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BookBrowse Reviews In the Sea There are Crocodiles by Fabio Geda

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In the Sea There are Crocodiles

Based on the True Story of Enaiatollah Akbari

by Fabio Geda

In the Sea There are Crocodiles by Fabio Geda X
In the Sea There are Crocodiles by Fabio Geda
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  • First Published:
    Aug 2011, 224 pages
    Paperback:
    Jun 2012, 224 pages

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Book Reviewed by:
Jennifer Dawson Oakes
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A story of hope and survival about an Afghan boy left to fend for himself after his village falls prey to Taliban rule

Every now and then, a quiet, little book comes along that really grabs the attention of readers. The voice and tone of a book like this requires your full concentration - as though an old storyteller were sitting in the room with you... you lean in, just a little closer, listening carefully so as to not miss a single word of his tale. In the Sea There Are Crocodiles, the first work of Italian author Fabio Geda to be translated into English, is just such a tale. Our narrator, Enaiatollah Akbari, is quiet and calm, but his words, his story, are anything but serene.

Geda met Enaiatollah several years ago and knew he wanted to help the young man tell his story. The prologue tells us right away that this book is a little bit different. While being marketed by the publisher as a work of fiction, the 'novel' is based on a true story. Geda states, "...this book must be considered to be a work of fiction, since it is the recreation of Enaiatollah's experience - a re-creation that has allowed him to take possession of his own story."

The saga - and it is a saga - opens early in the year 2000, with 10-year-old Enaiatollah being advised by his mother about the "three things you must never do in life." It is a very simple list: a) never use drugs b) never use weapons and c) never cheat or steal. Very likely, this is advice mothers the world over have offered their children for generations, but in this instance, it is the last thing Enaiatollah will hear from his mother for many, many years. As she tucks him in, he listens to her voice and promises he will never do any of those things, but "it [did] not occur to [him] that what she was really saying [was] Khoda negahdar, goodbye." The next morning, Enaiatollah's mother is gone and he is alone, abandoned in a new city and a new country. His mother, fearing the brutal killings of the Hazara people within the Ghazni province of Afghanistan, made the decision that her son would be better off fending for himself in Pakistan - that there could be hope for an improved life for Enaiatollah outside of his home country.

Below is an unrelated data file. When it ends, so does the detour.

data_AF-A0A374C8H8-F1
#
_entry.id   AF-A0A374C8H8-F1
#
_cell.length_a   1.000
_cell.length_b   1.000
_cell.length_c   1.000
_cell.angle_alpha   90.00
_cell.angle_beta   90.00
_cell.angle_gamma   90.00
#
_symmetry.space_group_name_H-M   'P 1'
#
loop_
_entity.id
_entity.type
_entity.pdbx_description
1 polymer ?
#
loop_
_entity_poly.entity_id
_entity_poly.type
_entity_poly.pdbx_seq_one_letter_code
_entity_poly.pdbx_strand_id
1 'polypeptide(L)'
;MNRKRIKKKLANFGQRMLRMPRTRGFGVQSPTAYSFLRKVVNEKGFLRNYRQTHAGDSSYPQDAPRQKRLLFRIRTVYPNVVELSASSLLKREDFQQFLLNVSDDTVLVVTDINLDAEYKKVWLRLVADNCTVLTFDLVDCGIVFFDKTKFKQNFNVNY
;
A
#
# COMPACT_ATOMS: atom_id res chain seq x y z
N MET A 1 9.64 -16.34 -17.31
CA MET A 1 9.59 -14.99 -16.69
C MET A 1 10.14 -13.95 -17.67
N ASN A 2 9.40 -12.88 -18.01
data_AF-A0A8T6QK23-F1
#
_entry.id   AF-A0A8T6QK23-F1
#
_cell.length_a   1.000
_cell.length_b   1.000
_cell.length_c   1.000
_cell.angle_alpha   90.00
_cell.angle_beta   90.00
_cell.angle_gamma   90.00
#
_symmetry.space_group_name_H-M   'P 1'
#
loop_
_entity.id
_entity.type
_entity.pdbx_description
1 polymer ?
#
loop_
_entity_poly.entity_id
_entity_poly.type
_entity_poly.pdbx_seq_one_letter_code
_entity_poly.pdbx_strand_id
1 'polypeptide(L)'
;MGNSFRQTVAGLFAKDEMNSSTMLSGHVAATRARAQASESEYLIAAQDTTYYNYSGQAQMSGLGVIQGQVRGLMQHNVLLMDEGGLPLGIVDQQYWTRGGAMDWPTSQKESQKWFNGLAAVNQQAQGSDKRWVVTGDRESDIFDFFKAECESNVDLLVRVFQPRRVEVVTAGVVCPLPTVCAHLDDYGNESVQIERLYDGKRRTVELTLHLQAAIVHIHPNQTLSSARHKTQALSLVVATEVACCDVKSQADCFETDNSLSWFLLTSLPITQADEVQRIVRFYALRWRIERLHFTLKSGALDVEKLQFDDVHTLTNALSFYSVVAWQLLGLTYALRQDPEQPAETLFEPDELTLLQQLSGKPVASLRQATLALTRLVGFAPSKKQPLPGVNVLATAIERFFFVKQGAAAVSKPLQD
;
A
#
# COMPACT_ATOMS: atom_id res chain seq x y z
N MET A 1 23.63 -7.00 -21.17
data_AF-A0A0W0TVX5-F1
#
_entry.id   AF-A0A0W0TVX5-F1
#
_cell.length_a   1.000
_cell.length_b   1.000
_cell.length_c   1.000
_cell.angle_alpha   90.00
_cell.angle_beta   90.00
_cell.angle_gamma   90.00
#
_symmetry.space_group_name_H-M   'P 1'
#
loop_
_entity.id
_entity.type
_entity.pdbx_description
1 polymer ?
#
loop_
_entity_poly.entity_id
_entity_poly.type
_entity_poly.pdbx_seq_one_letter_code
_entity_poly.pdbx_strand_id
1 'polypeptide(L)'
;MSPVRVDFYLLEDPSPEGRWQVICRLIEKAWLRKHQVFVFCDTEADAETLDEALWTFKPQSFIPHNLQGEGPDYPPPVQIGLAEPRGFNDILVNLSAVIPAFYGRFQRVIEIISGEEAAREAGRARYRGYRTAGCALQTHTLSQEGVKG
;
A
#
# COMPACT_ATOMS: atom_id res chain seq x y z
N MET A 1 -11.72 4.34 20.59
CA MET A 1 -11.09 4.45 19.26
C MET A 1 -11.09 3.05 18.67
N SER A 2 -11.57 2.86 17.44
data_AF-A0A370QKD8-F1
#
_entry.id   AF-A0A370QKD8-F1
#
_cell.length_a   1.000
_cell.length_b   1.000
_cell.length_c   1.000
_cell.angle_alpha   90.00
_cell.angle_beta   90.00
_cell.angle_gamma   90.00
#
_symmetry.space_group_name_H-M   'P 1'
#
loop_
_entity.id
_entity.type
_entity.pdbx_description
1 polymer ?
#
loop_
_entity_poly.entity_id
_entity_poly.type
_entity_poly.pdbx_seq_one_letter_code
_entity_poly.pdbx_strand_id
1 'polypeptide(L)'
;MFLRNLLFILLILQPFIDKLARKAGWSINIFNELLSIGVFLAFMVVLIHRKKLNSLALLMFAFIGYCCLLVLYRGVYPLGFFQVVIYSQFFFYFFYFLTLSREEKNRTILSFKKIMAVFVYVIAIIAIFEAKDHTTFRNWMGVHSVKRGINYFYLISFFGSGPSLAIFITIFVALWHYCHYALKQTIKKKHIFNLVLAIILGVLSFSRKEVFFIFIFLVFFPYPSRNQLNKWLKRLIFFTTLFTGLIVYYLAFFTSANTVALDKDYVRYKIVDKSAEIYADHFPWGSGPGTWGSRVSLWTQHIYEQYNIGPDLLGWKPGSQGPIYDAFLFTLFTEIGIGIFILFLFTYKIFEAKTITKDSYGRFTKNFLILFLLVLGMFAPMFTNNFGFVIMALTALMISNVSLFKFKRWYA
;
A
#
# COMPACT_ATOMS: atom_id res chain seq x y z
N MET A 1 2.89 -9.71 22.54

Hazaras, as a largely Shiite Muslim people in a predominantly Sunni Muslim country under Taliban rule, were viewed as the lowest caste; living and existing were constant challenges. Thriving was almost impossible. When Enaiatollah's teacher refused to listen to Taliban orders and close the school, he was taken out into the village and executed in front of everyone. This act pushed Enaiatollah's mother into action and propelled him into the first of many very dangerous journeys.

Throughout reading this story, I found myself constantly awed. From a country of privilege, safety and security, I could not begin to imagine having to negotiate the streets as a ten, eleven, twelve-year-old child. Never mind the harrowing travels with the human smugglers Enaiatollah undertook time and time again. From his first day alone, he was proactive, productive, and planning for his future. Every job was a step to a better life. Every occupation was another rung up the ladder on his way West - where life would be better and opportunity, money, safety, and security were not crazy, unattainable dreams.

Enaiatollah's quest for more takes him from Pakistan to Iran then Turkey and Greece. He finally lands in Italy, at the age of fifteen. Along the way, he finds Afghan companions - other boys who are also struggling to survive. It is an unusual situation - both having a surrogate family and the reason for its existence - but without the support these children offered one another, this story could have been very different. There is, as they say, safety in numbers. Even still, there is suffering and tragedy. It is inescapable. Harsh weather, punishing physical labour, dangerous border crossings all take a toll. It is a compounded set of circumstances when Enaiatollah's age is remembered.

At one point, while Geda is listening and transcribing Enaiatollah's story, he interrupts the telling to ask for more details about a woman in Greece who showed Enaiatollah great kindness. "I'm only interested in what happened. The lady is important for what she did. Her name doesn't matter. What her house was like doesn't matter. She could have been anybody," replies Enaiatollah. Earlier, while the story is in Pakistan, he makes mention of a similar sentiment: "I don't want to talk about people, I don't want to talk about place." Enaiatollah states, "They aren't important. Facts are important. The story is important. It's what happens to you that changes your life, not where or who with." I feel these observations, this philosophy, speaks volumes about our hero. What happens in life can be trusted as truth - people and possessions cannot. It is fortunate, though, that Enaiatollah did meet with several honorable and kind people along his way. He too, could have been anybody. But he is strength. He is determination. He is hope. His story is worth knowing.

This review was originally published in The BookBrowse Review in October 2011, and has been updated for the June 2012 edition. Click here to go to this issue.

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